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Barco Cine 6 test.

Discussion in 'Projectors, Screens & Video Processors' started by uncle eric, Jul 4, 2001.

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  1. uncle eric

    uncle eric
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    Just had a look at John Archers test (what video & tv) of the Barco Cine 6 and I must say that it seems fairly promising.
    While the test was not as in depth as I would have liked (thats another story and thread), there is still a lot of spec info. I think the Cine 6 may pose a real threat to both Seleco 400 and 500 models. At 5900.00 pounds (correct me if I'm wrong) its a little cheaper than the 400 and a lot cheaper than the 500 models. On the plus side the Cine 6 does have a progressive board (hate calling them line doublers) like the 400/500 Seleco's. However, the Cine 6 does have the same draw back as the Seleco 400/500 models in that they cannot scan high enough to do 720p (or triple). Of course some would argue that there is not much point in a 7" CRT doing triple as the beam spot size is not tight enough to improve things further.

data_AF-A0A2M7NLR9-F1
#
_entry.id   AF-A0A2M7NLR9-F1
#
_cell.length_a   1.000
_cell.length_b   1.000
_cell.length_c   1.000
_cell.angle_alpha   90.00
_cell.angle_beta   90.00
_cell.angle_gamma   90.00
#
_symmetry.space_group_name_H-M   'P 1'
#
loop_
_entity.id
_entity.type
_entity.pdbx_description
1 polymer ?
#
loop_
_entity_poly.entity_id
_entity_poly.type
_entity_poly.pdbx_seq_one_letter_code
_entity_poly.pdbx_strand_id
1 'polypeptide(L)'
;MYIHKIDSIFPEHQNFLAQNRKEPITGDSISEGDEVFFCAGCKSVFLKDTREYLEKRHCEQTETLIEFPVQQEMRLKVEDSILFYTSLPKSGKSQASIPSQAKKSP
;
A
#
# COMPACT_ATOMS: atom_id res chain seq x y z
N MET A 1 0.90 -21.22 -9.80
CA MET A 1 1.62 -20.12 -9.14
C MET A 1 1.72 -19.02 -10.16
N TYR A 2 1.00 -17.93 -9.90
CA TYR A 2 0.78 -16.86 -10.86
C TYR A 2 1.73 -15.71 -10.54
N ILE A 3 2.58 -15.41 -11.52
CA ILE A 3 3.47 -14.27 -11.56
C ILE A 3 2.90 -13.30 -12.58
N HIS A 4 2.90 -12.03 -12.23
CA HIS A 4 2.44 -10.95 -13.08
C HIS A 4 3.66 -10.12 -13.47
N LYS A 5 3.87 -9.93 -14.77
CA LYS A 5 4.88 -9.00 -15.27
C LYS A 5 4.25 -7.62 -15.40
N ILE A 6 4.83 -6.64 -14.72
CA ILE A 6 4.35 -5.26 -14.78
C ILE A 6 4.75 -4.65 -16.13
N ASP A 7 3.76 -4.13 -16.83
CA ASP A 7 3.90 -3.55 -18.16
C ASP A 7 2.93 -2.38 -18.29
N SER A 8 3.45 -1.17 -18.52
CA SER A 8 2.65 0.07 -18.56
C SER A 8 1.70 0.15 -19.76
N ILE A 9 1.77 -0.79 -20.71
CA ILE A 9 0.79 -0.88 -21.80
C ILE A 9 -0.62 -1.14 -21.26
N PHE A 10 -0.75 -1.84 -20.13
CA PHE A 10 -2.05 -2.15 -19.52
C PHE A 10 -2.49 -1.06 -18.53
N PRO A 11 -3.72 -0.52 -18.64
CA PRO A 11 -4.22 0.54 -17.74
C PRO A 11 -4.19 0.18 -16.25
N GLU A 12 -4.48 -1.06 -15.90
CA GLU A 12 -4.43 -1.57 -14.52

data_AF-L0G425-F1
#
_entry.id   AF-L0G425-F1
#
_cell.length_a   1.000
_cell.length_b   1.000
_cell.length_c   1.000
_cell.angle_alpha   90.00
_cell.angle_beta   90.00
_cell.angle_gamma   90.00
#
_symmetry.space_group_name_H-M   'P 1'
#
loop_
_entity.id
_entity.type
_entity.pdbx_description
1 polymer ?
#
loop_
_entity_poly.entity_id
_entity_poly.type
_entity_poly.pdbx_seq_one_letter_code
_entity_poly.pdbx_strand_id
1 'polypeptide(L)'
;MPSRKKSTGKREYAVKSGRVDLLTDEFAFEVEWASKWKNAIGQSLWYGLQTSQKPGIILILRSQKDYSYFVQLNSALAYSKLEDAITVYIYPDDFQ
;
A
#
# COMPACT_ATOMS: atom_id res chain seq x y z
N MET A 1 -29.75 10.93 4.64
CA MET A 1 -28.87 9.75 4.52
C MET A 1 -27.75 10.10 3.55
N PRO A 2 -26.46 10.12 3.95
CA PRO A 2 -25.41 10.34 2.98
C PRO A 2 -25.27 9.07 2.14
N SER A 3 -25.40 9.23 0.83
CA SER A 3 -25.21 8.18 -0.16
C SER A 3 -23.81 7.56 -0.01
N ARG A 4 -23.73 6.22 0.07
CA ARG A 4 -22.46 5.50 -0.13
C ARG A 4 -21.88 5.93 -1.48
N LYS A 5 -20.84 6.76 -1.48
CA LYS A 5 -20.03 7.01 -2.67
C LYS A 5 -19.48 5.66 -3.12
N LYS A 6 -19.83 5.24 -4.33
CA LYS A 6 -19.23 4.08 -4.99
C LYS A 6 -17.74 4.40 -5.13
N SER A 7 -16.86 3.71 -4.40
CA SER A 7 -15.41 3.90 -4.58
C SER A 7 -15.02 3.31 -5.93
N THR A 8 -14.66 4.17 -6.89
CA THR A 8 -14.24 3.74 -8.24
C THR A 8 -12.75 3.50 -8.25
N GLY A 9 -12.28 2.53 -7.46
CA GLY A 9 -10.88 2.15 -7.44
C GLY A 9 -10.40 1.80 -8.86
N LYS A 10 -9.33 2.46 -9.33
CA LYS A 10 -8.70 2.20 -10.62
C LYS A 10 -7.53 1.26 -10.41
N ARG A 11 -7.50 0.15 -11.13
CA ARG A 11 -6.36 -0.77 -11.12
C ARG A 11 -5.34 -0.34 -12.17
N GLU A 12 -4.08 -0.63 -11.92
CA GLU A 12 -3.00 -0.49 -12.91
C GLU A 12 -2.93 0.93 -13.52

I would tend to disagree with this as I have seen very well set up 7" NEC's and Dwin's looking beautiful at 720p (both NEC's with HTPC and the Dwin with the transcanner).
    Has Barco put the cat amongst the pigeons or will we keep seeing more Seleco's as the installers choice (in europe anyway)?

    Eric
    P.S. Or do the installers have higher margins with the Seleco's :eek:
     
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    Hi Eric!!!
    It still seems a lot of money though-and do you think you need the extra at 720p? :rolleyes:
     
  3. Gordon @ Convergent AV

    Gordon @ Convergent AV
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    Uncle Eric: Margin on Seleco and Barco is similar enough to make it a non issue.

    The NEC 7" units are electromagnetic focus devices and have a very small beam spot size allowing them to benefit form tripling and quadrupling. They also have a slightly enlarged phosphor area. Think of them as 7 1/2" ers...

    The DWIN500 was also an electromagnetic focus device so it has similar capability. The DWIN 700 went back to electrostatic focus but it seems to be a very tight design allowing it to work most efficiently at 600P I think. Similar to the Seleco800.